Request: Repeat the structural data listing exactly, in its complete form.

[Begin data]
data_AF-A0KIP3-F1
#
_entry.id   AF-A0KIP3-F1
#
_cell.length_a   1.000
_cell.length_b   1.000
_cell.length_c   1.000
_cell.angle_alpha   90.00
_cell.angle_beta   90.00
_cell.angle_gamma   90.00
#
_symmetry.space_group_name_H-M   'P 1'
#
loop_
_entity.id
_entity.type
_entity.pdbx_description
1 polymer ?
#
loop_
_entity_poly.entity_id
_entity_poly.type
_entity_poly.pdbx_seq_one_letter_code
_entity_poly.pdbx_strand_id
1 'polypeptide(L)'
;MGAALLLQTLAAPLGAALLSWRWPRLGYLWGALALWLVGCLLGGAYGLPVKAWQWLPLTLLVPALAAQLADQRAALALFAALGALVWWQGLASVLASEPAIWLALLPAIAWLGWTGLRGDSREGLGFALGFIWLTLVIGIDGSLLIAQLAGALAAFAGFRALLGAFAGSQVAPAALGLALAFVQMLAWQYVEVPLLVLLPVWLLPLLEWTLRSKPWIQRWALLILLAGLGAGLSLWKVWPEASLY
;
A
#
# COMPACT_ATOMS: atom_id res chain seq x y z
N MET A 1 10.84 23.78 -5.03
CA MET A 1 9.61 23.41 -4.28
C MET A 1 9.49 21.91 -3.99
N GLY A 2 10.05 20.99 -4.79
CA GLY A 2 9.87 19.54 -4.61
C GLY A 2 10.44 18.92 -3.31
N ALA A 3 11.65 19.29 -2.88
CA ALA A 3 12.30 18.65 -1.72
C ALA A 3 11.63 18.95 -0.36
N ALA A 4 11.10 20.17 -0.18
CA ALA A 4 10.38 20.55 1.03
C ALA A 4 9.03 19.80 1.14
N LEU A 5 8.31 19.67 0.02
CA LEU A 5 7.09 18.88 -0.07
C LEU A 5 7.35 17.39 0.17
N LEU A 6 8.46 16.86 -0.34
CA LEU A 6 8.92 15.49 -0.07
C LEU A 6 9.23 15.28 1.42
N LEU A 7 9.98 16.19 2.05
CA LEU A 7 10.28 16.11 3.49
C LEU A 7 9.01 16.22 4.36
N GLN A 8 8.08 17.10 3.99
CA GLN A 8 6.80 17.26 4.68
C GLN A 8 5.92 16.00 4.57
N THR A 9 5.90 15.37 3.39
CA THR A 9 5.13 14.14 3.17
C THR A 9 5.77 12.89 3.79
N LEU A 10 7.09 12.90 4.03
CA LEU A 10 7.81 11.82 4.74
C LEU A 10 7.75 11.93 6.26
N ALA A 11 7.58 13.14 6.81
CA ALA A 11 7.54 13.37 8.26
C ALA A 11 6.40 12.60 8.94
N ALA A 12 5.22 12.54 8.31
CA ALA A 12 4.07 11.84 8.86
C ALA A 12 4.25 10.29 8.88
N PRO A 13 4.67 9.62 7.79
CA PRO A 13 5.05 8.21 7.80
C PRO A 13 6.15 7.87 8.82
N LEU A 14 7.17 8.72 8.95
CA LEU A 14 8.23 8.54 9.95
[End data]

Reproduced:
data_AF-A0KIP3-F1
#
_entry.id   AF-A0KIP3-F1
#
_cell.length_a   1.000
_cell.length_b   1.000
_cell.length_c   1.000
_cell.angle_alpha   90.00
_cell.angle_beta   90.00
_cell.angle_gamma   90.00
#
_symmetry.space_group_name_H-M   'P 1'
#
loop_
_entity.id
_entity.type
_entity.pdbx_description
1 polymer ?
#
loop_
_entity_poly.entity_id
_entity_poly.type
_entity_poly.pdbx_seq_one_letter_code
_entity_poly.pdbx_strand_id
1 'polypeptide(L)'
;MGAALLLQTLAAPLGAALLSWRWPRLGYLWGALALWLVGCLLGGAYGLPVKAWQWLPLTLLVPALAAQLADQRAALALFAALGALVWWQGLASVLASEPAIWLALLPAIAWLGWTGLRGDSREGLGFALGFIWLTLVIGIDGSLLIAQLAGALAAFAGFRALLGAFAGSQVAPAALGLALAFVQMLAWQYVEVPLLVLLPVWLLPLLEWTLRSKPWIQRWALLILLAGLGAGLSLWKVWPEASLY
;
A
#
# COMPACT_ATOMS: atom_id res chain seq x y z
N MET A 1 10.84 23.78 -5.03
CA MET A 1 9.61 23.41 -4.28
C MET A 1 9.49 21.91 -3.99
N GLY A 2 10.05 20.99 -4.79
CA GLY A 2 9.87 19.54 -4.61
C GLY A 2 10.44 18.92 -3.31
N ALA A 3 11.65 19.29 -2.88
CA ALA A 3 12.30 18.65 -1.72
C ALA A 3 11.63 18.95 -0.36
N ALA A 4 11.10 20.17 -0.18
CA ALA A 4 10.38 20.55 1.03
C ALA A 4 9.03 19.80 1.14
N LEU A 5 8.31 19.67 0.02
CA LEU A 5 7.09 18.88 -0.07
C LEU A 5 7.35 17.39 0.17
N LEU A 6 8.46 16.86 -0.34
CA LEU A 6 8.92 15.49 -0.07
C LEU A 6 9.23 15.28 1.42
N LEU A 7 9.98 16.19 2.05
CA LEU A 7 10.28 16.11 3.49
C LEU A 7 9.01 16.22 4.36
N GLN A 8 8.08 17.10 3.99
CA GLN A 8 6.80 17.26 4.68
C GLN A 8 5.92 16.00 4.57
N THR A 9 5.90 15.37 3.39
CA THR A 9 5.13 14.14 3.17
C THR A 9 5.77 12.89 3.79
N LEU A 10 7.09 12.90 4.03
CA LEU A 10 7.81 11.82 4.74
C LEU A 10 7.75 11.93 6.26
N ALA A 11 7.58 13.14 6.81
CA ALA A 11 7.54 13.37 8.26
C ALA A 11 6.40 12.60 8.94
N ALA A 12 5.22 12.54 8.31
CA ALA A 12 4.07 11.84 8.86
C ALA A 12 4.25 10.29 8.88
N PRO A 13 4.67 9.62 7.79
CA PRO A 13 5.05 8.21 7.80
C PRO A 13 6.15 7.87 8.82
N LEU A 14 7.17 8.72 8.95
CA LEU A 14 8.23 8.54 9.95